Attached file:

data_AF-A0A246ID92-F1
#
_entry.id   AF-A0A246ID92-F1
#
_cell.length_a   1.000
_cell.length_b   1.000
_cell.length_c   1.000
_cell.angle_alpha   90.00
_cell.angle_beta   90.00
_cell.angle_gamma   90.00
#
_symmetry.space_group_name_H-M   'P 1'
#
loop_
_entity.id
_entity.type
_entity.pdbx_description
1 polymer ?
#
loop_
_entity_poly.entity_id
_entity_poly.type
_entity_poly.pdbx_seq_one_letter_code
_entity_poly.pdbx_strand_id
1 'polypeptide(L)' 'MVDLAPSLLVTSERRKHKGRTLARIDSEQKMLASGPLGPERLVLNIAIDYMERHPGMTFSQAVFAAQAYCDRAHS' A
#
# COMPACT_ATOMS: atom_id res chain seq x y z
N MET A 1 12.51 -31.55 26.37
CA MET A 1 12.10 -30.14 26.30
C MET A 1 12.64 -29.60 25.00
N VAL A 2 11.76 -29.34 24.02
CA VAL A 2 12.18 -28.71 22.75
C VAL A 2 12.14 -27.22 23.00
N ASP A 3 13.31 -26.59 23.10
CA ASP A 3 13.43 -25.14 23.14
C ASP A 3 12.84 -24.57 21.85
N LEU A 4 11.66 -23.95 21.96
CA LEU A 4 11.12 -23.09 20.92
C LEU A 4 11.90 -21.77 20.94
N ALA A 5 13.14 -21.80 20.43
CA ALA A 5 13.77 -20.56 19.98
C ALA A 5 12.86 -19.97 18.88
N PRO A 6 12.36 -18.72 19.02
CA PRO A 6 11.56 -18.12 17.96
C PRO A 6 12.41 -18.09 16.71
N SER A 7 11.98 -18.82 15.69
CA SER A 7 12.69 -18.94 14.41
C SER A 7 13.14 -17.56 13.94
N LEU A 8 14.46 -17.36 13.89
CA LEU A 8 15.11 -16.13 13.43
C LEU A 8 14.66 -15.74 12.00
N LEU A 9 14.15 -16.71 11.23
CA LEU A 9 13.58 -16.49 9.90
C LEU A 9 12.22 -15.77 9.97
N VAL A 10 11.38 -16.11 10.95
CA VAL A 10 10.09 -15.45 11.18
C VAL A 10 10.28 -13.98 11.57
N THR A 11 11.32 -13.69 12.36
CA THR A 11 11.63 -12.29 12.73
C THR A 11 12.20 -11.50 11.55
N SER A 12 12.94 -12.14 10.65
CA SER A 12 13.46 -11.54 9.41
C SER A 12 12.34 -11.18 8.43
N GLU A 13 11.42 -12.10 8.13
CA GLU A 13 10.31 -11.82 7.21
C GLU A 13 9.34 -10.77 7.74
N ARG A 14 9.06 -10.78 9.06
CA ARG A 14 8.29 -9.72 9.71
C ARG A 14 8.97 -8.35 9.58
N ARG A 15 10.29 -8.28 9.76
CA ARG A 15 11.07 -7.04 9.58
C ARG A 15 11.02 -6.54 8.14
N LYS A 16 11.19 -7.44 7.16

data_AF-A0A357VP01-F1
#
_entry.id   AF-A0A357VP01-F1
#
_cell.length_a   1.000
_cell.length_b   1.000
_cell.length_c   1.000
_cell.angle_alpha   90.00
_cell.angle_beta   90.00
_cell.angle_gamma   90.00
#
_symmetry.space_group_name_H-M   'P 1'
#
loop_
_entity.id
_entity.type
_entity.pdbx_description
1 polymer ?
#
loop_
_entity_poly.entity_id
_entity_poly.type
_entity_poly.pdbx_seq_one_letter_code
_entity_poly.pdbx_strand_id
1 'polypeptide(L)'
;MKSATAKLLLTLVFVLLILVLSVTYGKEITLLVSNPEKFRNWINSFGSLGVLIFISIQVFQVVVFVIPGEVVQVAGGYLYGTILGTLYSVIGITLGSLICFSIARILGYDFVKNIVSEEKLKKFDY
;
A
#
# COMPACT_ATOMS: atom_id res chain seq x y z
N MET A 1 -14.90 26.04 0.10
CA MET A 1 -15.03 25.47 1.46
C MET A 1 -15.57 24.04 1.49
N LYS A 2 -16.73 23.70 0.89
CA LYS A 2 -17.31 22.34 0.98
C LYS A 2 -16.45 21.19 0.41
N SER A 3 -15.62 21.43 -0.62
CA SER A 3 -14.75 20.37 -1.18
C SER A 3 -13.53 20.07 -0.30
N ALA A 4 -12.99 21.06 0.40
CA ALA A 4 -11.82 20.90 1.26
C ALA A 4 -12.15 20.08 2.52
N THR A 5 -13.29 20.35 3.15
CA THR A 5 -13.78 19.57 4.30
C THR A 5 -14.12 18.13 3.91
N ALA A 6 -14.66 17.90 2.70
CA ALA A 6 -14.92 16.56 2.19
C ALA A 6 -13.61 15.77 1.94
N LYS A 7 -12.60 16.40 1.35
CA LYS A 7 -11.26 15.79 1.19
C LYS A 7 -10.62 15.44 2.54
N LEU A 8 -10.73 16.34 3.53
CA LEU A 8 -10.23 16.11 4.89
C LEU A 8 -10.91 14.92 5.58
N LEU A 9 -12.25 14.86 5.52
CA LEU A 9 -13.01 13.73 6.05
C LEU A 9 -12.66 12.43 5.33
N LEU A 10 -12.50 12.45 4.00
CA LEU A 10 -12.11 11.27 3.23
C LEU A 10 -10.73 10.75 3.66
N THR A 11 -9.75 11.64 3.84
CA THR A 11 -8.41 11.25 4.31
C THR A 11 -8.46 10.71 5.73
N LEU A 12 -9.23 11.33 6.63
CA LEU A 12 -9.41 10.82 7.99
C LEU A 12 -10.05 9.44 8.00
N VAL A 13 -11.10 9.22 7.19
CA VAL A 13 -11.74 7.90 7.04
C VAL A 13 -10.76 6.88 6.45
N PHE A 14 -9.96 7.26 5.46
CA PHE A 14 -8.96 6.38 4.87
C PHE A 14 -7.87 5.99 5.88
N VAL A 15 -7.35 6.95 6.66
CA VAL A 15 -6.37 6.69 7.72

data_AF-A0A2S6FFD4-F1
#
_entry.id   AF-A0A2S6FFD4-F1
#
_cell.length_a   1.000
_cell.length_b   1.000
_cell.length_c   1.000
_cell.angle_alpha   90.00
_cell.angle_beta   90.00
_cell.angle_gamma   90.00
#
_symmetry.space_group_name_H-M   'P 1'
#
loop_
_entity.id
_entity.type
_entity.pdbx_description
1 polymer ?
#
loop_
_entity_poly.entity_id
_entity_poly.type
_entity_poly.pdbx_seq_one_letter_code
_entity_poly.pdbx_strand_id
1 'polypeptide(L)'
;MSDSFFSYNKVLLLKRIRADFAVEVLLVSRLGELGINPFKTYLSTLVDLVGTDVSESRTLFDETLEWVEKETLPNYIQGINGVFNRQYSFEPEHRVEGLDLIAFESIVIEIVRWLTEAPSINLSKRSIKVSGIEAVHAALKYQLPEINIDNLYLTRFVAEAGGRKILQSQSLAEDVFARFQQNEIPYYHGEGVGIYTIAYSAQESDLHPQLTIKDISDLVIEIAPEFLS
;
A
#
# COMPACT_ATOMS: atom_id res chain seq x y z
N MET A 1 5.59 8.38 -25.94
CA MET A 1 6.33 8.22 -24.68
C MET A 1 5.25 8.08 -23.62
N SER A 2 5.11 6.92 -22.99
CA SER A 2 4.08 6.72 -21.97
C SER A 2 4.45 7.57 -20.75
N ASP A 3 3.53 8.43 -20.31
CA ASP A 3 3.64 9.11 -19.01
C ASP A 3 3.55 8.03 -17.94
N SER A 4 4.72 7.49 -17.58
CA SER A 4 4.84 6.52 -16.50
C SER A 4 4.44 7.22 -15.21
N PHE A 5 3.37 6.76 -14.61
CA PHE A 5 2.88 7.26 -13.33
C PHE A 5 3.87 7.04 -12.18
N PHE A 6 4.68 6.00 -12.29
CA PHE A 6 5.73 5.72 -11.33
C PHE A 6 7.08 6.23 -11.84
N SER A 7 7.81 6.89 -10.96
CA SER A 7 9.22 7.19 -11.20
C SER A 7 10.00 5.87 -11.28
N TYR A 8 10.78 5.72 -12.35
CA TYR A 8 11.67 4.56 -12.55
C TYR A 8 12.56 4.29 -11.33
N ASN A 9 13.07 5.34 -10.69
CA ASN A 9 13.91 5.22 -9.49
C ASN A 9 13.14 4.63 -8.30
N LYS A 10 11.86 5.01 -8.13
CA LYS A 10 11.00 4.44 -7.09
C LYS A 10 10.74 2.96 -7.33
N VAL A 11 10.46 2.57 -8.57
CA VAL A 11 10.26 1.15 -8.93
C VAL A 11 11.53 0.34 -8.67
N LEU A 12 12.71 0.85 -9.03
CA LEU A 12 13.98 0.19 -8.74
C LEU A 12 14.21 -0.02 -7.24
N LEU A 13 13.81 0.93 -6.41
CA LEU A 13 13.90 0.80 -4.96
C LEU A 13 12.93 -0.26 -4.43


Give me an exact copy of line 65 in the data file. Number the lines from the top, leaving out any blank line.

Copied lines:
CA GLU A 13 10.31 -11.82 7.21